Harriet Tubman is among the women some people want to see replace President Andrew Jackson on the $20 bill.
Wikipedia/H. Seymour Squyer, National Portrait Gallery

I watched in horror yesterday as the Internet began to be peppered with pushback on the idea of putting Harriet Tubman on the $20 bill, an idea very nobly put forth through the recent Women on 20s campaign.

Although thousands voted in an online poll to petition the Treasury Department to replace President Andrew Jackson with Tubman, many black intellectuals and writers have criticized the effort, mainly saying that she shouldn’t be featured on currency that is symbolic of a system she couldn’t participate in, was used to buy and sell people like her, and thus was one she would not support. While I certainly respect the right of everyone to express his or her opinion, I found the notion that she shouldn’t be honored rather ridiculous.

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Of course there should be a black woman on the $20 bill, and featuring a former slave-turned-freedom fighter is even greater poetic justice.

1. The idea that Harriet Tubman was not a fan of capitalism is woefully unfounded.

Most blacks could not participate in the capitalist system at all, but when they have been able to, many have embraced and succeeded in it. There is no reason to believe that someone as resourceful and dogged as Tubman would not have succeeded as an entrepreneur and a businesswoman, and to suggest otherwise is downright elitist and dismissive. The future success of black businesswomen from Madam C.J. Walker to Oprah Winfrey and Mellody Hobson is a direct result of women like Tubman. Why not pay homage to her sacrifice so that black women in the future could be prosperous?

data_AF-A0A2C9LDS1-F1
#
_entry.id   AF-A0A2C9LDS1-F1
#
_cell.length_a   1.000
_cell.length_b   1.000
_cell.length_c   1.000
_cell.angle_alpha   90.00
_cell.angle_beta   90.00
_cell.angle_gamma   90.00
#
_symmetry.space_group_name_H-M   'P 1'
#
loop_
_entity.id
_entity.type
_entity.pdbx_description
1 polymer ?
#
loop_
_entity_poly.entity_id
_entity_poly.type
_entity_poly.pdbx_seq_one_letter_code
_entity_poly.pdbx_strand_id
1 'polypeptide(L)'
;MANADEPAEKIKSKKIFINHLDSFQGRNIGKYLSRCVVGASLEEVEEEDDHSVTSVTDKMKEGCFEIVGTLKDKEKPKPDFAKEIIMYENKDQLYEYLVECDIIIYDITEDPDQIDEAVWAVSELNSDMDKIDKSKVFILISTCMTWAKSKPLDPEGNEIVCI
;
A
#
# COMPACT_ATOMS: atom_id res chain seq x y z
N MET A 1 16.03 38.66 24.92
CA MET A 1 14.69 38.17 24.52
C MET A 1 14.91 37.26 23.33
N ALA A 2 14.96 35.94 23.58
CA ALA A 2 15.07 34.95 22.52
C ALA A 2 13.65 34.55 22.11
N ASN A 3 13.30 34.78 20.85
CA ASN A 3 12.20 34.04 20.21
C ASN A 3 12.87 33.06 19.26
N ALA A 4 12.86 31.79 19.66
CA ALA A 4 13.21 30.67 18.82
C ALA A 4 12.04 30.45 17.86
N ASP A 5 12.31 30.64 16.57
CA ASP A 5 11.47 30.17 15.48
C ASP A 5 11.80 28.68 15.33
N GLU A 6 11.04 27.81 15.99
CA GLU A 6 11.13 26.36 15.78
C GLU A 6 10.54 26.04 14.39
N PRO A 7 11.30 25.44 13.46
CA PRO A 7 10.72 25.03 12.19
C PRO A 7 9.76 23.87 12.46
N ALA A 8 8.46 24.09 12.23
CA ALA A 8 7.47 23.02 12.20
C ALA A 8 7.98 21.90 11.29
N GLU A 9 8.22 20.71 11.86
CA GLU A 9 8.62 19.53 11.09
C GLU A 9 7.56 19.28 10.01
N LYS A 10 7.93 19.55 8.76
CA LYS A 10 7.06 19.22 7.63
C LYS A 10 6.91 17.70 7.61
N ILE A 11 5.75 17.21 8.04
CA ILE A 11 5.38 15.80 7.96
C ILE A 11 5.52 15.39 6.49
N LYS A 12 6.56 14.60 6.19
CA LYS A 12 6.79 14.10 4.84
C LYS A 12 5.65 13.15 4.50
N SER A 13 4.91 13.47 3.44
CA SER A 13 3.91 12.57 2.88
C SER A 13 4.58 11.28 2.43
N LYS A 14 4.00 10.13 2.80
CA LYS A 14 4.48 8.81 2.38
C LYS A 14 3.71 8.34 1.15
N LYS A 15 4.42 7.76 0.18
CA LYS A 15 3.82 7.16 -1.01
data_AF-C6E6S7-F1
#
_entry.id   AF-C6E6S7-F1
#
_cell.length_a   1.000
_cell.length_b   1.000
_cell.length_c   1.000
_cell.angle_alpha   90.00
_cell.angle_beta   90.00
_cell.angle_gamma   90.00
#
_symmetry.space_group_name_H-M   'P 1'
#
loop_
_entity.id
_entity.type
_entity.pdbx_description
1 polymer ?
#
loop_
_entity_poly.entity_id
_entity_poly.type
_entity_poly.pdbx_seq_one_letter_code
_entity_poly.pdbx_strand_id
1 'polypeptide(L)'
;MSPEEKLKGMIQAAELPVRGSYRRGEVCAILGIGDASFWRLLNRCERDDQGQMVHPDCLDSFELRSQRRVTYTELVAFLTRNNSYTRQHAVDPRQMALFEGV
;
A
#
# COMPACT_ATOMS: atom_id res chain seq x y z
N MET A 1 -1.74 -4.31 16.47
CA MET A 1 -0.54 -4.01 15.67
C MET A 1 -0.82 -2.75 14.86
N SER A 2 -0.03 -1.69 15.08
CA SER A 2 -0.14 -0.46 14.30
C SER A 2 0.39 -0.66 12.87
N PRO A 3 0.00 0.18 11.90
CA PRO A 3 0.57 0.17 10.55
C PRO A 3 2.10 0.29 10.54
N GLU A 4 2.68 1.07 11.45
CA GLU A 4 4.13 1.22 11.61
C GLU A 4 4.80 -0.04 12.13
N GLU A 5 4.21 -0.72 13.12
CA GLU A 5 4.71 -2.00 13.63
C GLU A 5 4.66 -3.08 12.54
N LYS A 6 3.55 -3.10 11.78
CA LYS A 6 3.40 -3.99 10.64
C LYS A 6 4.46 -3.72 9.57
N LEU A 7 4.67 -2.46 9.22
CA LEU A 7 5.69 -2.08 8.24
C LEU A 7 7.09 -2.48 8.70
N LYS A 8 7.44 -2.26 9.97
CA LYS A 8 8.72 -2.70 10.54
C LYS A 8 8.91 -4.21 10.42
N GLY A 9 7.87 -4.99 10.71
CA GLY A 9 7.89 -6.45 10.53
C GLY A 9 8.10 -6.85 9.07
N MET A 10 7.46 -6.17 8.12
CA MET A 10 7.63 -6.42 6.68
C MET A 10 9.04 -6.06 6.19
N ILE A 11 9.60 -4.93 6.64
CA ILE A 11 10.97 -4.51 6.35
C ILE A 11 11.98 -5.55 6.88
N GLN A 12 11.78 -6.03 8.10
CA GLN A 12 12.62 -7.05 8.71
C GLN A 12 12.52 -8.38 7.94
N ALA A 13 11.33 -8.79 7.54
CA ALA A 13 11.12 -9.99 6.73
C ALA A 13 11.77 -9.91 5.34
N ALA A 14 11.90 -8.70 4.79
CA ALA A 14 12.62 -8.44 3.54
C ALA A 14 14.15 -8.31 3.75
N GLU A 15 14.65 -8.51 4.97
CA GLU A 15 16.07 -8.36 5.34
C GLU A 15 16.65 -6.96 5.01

2. Money is not simply a symbol of capitalism.

Money is exchanged under communism, socialism and every other economic model. There was money long before modern capitalism was conceived. (Remember the money changers from the Bible?) In fact, since the American system was built on the backs of slaves, shouldn’t they be recognized on at least one of the bills? Putting the picture of a former slave on the front of the bill is akin to acknowledging that the enslaved should have been paid for the work they did in the first place.

3. Take the win.

The contributions of black people to the fabric of America is so seldom noted that it is absurd to actually fight against honoring our great foremother in such a highly visible way. It would force everyone who used that bill to stop and reflect on her triumph against a system that would repress her, a triumph that is symbolized by her prominence on a bill that was used to purchase her. At the same time, it would rid us of lionizing a man who presided over the slaughter and robbery of tens of thousands of Native Americans.

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Just as important, people around the world recognize the power and importance of American currency—even more so than the American flag and the national anthem. The notable exclusion of blacks on the bills that make up that currency is a criminal discounting of our contributions to this country.

Unless we are prepared to wait a century until President Barack Obama makes it onto the $500,000 bill (by which point actual currency will be obsolete anyway), I think we should take the win. 

Cedric Mobley is a Washington, D.C.-based communications and education strategist.